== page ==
In the news · Notes from West London

Panic Buying

The phrase “panic buying” has been back in the news in recent weeks.

During the first lockdown, in the spring of 2020, the phrase was used often to describe the amount of toilet roll people were buying. Supermarket shelves across the globe were emptied of the stuff. Eventually some of the shops here in the UK imposed restrictions on how many rolls people could buy at one time. For the record, we never came close to running out of that essential item, nor did we stock up any more than usual.

More recently the term “panic buying” has been used rather less aptly, to describe how much petrol car-owners are buying. We have a very simple approach to buying petrol: we fill up when the fuel gauge is somewhere between quarter-full and just before the orange warning light comes on. That lasts us a week or two, then it’s time to fill up again. These days, according to some politicians and commentators this constitutes panic buying. The implication here is that people should not be driving round with full tanks of fuel. If every one of the 30+ million vehicles on UK roads were to try and fill up in the same week, the stocks would run out quickly.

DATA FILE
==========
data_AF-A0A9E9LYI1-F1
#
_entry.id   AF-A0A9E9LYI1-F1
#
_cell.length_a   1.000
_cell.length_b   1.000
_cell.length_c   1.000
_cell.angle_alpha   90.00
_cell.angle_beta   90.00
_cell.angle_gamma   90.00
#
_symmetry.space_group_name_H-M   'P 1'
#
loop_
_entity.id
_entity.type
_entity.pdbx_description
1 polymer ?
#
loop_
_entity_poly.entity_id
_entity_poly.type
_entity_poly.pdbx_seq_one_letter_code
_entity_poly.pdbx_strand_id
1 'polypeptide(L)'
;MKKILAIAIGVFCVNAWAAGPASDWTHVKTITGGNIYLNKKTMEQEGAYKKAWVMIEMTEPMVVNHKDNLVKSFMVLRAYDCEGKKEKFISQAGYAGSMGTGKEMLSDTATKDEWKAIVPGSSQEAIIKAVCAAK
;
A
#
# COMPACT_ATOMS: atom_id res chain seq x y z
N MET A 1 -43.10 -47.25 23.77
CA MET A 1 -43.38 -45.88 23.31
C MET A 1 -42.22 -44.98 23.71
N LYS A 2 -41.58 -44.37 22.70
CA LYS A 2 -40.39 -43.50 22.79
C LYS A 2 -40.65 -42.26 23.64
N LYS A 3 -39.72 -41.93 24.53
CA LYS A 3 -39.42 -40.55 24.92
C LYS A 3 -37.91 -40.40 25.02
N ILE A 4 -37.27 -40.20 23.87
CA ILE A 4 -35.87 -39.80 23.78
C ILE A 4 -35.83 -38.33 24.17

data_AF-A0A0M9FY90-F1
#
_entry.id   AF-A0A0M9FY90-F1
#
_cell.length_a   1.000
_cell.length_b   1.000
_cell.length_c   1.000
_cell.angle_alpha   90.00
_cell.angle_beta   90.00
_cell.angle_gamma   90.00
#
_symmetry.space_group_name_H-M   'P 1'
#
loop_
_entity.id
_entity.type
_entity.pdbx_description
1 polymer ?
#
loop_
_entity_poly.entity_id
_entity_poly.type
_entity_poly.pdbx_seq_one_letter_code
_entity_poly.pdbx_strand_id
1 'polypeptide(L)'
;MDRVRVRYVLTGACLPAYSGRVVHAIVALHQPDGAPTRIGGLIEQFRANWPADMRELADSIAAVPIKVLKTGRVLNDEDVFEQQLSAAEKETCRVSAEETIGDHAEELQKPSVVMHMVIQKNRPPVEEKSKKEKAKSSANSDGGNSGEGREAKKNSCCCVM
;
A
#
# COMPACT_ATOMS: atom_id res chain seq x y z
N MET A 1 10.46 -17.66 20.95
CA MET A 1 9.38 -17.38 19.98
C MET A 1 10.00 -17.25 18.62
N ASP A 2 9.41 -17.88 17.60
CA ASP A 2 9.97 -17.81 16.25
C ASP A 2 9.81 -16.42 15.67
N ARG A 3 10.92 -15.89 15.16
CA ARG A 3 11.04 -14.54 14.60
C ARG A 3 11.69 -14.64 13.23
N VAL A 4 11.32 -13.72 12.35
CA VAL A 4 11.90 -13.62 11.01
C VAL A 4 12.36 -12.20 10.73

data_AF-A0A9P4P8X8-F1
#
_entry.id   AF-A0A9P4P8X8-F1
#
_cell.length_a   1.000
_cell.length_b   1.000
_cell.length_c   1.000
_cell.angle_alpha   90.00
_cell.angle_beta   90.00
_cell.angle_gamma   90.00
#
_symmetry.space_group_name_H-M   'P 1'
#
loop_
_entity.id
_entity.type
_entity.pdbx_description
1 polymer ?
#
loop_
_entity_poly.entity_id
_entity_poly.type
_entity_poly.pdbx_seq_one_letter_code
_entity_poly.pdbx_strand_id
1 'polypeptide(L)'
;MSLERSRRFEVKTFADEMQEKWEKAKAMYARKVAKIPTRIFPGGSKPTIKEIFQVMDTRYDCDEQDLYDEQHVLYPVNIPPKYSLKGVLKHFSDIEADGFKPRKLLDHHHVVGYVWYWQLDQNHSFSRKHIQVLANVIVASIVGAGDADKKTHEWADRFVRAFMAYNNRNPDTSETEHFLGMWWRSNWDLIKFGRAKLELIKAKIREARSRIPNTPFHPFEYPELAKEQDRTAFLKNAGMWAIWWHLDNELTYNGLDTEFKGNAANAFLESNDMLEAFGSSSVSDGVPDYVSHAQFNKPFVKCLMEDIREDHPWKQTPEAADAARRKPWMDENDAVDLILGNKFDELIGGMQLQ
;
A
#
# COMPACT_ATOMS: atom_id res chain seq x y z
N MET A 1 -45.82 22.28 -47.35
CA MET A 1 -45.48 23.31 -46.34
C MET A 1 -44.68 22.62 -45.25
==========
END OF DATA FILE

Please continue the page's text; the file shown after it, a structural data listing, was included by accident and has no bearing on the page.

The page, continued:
Here in London, from late September into October, petrol stations were running out of fuel much more frequently than usual. Long queues of cars formed wherever petrol and diesel were available. This influenced our choice of routes. We are used to altering our plans to avoid temporary traffic lights and other road works. For a while we also had to factor in whether queues at petrol stations would also add to our journey times. One morning, driving north up the A406 towards Hanger Lane, I could see that a large southbound stretch was blocked with cars queuing for petrol, and adjusted my return journey accordingly.

Right now things are back to normal, although petrol prices have increased week by week. There are no significant queues at the forecourts. We top up whenever the gauge is below quarter-full and before the orange warning light comes on. We call it “filling up with petrol” but maybe there are still people out there who would regard this as “panic buying”.

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